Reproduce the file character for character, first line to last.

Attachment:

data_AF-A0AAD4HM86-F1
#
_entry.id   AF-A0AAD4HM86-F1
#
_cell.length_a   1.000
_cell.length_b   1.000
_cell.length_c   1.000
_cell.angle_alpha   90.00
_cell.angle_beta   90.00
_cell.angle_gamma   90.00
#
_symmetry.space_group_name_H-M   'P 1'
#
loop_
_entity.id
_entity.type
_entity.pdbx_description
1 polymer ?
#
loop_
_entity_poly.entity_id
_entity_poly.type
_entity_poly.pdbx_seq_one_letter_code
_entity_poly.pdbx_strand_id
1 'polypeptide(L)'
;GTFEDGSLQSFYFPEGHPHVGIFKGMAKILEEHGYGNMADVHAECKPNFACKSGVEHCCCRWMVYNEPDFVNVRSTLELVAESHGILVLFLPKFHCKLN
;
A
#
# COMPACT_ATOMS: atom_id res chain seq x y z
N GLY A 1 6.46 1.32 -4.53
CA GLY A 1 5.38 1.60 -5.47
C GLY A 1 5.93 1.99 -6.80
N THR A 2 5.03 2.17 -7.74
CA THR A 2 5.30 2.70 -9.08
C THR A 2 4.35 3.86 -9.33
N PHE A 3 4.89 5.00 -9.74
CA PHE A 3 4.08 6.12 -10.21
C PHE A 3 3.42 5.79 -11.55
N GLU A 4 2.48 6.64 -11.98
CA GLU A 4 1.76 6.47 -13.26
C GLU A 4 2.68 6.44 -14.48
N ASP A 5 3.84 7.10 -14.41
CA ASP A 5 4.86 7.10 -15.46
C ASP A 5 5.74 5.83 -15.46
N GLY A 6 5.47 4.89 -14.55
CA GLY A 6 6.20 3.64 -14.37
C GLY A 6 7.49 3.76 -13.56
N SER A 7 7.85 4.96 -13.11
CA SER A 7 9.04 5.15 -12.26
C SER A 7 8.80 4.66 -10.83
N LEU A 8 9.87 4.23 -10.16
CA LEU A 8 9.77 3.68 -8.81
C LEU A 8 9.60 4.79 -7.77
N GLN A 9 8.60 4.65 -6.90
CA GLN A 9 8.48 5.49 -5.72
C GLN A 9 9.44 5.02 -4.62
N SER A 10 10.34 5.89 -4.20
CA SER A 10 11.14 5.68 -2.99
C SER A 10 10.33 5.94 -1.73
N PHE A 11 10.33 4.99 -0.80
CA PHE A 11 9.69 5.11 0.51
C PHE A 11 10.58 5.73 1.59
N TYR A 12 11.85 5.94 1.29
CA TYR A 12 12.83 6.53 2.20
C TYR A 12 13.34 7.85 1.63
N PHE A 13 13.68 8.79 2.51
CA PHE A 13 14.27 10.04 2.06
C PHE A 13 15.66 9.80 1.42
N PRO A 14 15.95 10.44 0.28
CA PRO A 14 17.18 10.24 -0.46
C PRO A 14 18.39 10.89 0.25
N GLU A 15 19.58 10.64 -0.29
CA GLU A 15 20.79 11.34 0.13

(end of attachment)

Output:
data_AF-A0AAD4HM86-F1
#
_entry.id   AF-A0AAD4HM86-F1
#
_cell.length_a   1.000
_cell.length_b   1.000
_cell.length_c   1.000
_cell.angle_alpha   90.00
_cell.angle_beta   90.00
_cell.angle_gamma   90.00
#
_symmetry.space_group_name_H-M   'P 1'
#
loop_
_entity.id
_entity.type
_entity.pdbx_description
1 polymer ?
#
loop_
_entity_poly.entity_id
_entity_poly.type
_entity_poly.pdbx_seq_one_letter_code
_entity_poly.pdbx_strand_id
1 'polypeptide(L)'
;GTFEDGSLQSFYFPEGHPHVGIFKGMAKILEEHGYGNMADVHAECKPNFACKSGVEHCCCRWMVYNEPDFVNVRSTLELVAESHGILVLFLPKFHCKLN
;
A
#
# COMPACT_ATOMS: atom_id res chain seq x y z
N GLY A 1 6.46 1.32 -4.53
CA GLY A 1 5.38 1.60 -5.47
C GLY A 1 5.93 1.99 -6.80
N THR A 2 5.03 2.17 -7.74
CA THR A 2 5.30 2.70 -9.08
C THR A 2 4.35 3.86 -9.33
N PHE A 3 4.89 5.00 -9.74
CA PHE A 3 4.08 6.12 -10.21
C PHE A 3 3.42 5.79 -11.55
N GLU A 4 2.48 6.64 -11.98
CA GLU A 4 1.76 6.47 -13.26
C GLU A 4 2.68 6.44 -14.48
N ASP A 5 3.84 7.10 -14.41
CA ASP A 5 4.86 7.10 -15.46
C ASP A 5 5.74 5.83 -15.46
N GLY A 6 5.47 4.89 -14.55
CA GLY A 6 6.20 3.64 -14.37
C GLY A 6 7.49 3.76 -13.56
N SER A 7 7.85 4.96 -13.11
CA SER A 7 9.04 5.15 -12.26
C SER A 7 8.80 4.66 -10.83
N LEU A 8 9.87 4.23 -10.16
CA LEU A 8 9.77 3.68 -8.81
C LEU A 8 9.60 4.79 -7.77
N GLN A 9 8.60 4.65 -6.90
CA GLN A 9 8.48 5.49 -5.72
C GLN A 9 9.44 5.02 -4.62
N SER A 10 10.34 5.89 -4.20
CA SER A 10 11.14 5.68 -2.99
C SER A 10 10.33 5.94 -1.73
N PHE A 11 10.33 4.99 -0.80
CA PHE A 11 9.69 5.11 0.51
C PHE A 11 10.58 5.73 1.59
N TYR A 12 11.85 5.94 1.29
CA TYR A 12 12.83 6.53 2.20
C TYR A 12 13.34 7.85 1.63
N PHE A 13 13.68 8.79 2.51
CA PHE A 13 14.27 10.04 2.06
C PHE A 13 15.66 9.80 1.42
N PRO A 14 15.95 10.44 0.28
CA PRO A 14 17.18 10.24 -0.46
C PRO A 14 18.39 10.89 0.25
N GLU A 15 19.58 10.64 -0.29
CA GLU A 15 20.79 11.34 0.13